A group of 65 leading US investors with collective assets totaling $7 trillion has teamed up with the European investment management firm, F&C Investment to put a halt to Wall Street financial regulators softening of the rules on tar sands reserves disclosed by oil and gas companies.
The Investor Network on Climate Risk and F&C Investment are concerned that the escalating risks posed by climate change have broad implications for oil and gas companies which could impact their future earnings, and that these risks fall into the category of known trends requiring company disclosure.
At a time when governments around the world are taking an increasingly hard line on carbon pollution, these investor groups feel it is essential that investors be able to assess accurately the risk profile of reported reserves.
As quoted in the UK Guardian, Elizabeth McGeveran, senior vice-president of F&C's governance and sustainable investment team said"Understanding climate risk will assist investors in understanding and evaluating reserves. Regulations already require the disclosure of known trends that companies can reasonably expect will have a material impact on net sales, revenues or income from continuing operations, and we believe that the disclosure of any estimated additional risks posed by the extraction and development of additional reserves will be important."
The SEC had been reviewing the regulations on the way reserves are calculated since 2004, when Shell fell foul of SEC rules and was forced to reallocate a quarter of the assets on its books. The move led to steep fines, the ouster of its chairman and a plunging share price.
Three months ago the SEC changed the rules to allow previously excluded resources such as tar sands to be classified as oil and gas reserves that, as with oil or gas, could be listed as probable, possible and proven reserves.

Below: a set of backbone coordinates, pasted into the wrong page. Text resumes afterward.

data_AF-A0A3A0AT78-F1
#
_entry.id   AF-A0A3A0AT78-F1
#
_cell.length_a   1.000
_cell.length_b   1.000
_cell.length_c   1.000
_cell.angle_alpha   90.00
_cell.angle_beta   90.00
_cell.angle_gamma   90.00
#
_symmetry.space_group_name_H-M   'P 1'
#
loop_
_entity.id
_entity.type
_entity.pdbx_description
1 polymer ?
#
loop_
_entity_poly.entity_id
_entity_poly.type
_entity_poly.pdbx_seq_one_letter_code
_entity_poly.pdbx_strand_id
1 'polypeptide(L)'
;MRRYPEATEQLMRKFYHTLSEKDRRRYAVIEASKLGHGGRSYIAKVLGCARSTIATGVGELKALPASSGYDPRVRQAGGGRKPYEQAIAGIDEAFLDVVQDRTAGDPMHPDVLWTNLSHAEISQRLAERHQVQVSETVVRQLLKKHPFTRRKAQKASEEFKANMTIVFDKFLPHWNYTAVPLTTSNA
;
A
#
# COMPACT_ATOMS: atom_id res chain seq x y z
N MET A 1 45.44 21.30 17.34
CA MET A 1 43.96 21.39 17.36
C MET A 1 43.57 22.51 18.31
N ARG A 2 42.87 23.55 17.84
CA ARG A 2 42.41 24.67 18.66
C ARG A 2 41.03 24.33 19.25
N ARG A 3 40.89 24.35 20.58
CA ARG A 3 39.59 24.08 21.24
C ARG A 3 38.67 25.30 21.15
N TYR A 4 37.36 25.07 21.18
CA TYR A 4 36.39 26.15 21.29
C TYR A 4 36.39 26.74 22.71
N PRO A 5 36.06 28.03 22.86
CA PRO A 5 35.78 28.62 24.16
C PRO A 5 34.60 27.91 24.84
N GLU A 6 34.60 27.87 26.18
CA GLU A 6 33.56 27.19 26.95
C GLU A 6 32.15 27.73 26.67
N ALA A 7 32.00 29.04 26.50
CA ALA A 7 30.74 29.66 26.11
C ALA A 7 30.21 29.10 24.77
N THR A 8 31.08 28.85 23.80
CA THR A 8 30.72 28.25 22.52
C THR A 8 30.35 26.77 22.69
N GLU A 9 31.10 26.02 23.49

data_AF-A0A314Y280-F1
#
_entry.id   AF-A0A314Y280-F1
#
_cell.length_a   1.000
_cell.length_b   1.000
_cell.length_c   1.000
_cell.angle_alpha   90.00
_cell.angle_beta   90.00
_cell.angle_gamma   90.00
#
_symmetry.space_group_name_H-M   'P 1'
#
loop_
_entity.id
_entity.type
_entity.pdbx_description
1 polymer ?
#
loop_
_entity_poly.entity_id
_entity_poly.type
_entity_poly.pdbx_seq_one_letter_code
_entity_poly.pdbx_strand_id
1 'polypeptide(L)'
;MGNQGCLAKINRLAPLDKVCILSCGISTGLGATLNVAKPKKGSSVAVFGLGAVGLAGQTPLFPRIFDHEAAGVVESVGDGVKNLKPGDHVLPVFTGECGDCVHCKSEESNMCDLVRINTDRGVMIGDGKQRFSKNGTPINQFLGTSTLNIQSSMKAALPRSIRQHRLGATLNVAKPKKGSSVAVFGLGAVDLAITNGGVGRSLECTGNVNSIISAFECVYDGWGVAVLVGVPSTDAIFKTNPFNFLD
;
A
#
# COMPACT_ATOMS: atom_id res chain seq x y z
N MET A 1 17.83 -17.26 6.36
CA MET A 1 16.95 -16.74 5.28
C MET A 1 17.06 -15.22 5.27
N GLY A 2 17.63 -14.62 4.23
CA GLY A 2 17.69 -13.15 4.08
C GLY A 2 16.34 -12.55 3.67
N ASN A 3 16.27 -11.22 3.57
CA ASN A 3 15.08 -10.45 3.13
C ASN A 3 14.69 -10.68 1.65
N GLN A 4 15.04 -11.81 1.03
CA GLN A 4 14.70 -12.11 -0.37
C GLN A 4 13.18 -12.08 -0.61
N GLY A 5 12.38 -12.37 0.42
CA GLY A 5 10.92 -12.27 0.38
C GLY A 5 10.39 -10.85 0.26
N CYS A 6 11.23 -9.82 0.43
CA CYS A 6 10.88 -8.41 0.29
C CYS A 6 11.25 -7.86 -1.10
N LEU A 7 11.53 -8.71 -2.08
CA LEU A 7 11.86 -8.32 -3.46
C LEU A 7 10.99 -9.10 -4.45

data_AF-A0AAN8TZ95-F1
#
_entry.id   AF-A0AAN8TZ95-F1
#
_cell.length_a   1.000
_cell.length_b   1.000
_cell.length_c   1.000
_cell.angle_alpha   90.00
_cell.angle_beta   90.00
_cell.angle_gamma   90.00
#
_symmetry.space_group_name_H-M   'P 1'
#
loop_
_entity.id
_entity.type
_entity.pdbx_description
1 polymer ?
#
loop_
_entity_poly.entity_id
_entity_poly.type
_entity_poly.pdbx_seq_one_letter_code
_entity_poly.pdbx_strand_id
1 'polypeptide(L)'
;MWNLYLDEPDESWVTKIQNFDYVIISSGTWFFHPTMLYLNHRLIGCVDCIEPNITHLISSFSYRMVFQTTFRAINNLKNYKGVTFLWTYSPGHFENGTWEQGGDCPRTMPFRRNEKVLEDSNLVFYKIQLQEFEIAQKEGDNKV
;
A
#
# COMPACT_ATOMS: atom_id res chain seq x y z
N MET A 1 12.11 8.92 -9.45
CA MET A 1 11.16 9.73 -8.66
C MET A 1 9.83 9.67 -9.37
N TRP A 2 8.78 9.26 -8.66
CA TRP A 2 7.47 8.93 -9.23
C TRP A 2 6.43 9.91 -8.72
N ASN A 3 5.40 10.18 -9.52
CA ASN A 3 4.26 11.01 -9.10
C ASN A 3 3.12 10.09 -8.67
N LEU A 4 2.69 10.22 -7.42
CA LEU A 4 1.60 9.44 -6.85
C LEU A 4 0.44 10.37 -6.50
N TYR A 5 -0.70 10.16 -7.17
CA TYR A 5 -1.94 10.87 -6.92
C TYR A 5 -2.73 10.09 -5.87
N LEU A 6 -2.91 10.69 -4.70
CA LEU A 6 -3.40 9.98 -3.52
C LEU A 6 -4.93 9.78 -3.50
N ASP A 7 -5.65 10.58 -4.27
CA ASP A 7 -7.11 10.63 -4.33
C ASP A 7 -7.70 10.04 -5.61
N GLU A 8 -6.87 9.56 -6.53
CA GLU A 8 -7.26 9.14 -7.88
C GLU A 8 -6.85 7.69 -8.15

Previously, tar sands were defined as mining materials, and literally speaking they actually contain no oil in their natural state. Only by heating up the rock to boiling point, can any liquid be extracted. However, such large quantities of heat are required to obtain a usable fuel from the rock means that this is a far less efficient source of energy than conventional oil.
"The energy consumption required to extract a barrel from Canadian tar sands is very different to a barrel of crude from the Gulf of Mexico."said McGeveran. As oil prices rise, companies that use a lot of oil in ratio to the product they sell are obviously far more impacted by price rises. Tar sands mining has an input of 1 unit of fossil energy in for every 3.5 units of energy (their product) out. The lower this ratio, the more the cost of producing oil from shale will rise as fossil energy prices go up.
But mostly, this unusually high carbon method of extraction means that the climate impact of tar sands mining is much worse than that of regular oil and gas. So the move reflects changing attitudes among a very large group of mainstream investors about the impact of commercial activities that could worsen global warming. This group of institutional investors, among them the California Public Employees' Retirement System, Ceres and Parnassus Investments have signed a letter of concern about the tar sands proposals and called for the new carbon implications to be taken into account.
Ceres president Mindy Lubber says that there is a need for financial institutions to evaluate these kind of projects with carbon prices that reflect their true long-term costs once carbon-reducing regulations take hold around the world.
"Much of the problem is our reliance on outdated accounting systems. Our economy uses accounting systems that are precise in measuring capital goods and profits, but weak in measuring natural and human resource impacts. This narrowly-defined accounting system means that companies are often able to "externalize" natural resource costs. In other words, they can emit global warming pollution for free without paying for environmental damage. Society and taxpayers shoulders these costs instead."
We're now seeing the capital markets begin to incorporate the external costs of global warming, especially in Europe where government-supported trading systems and pricing mechanisms for every ton of carbon dioxide emitted have fostered a $30 billion a year carbon emissions trading program. "
Photo S. Jocz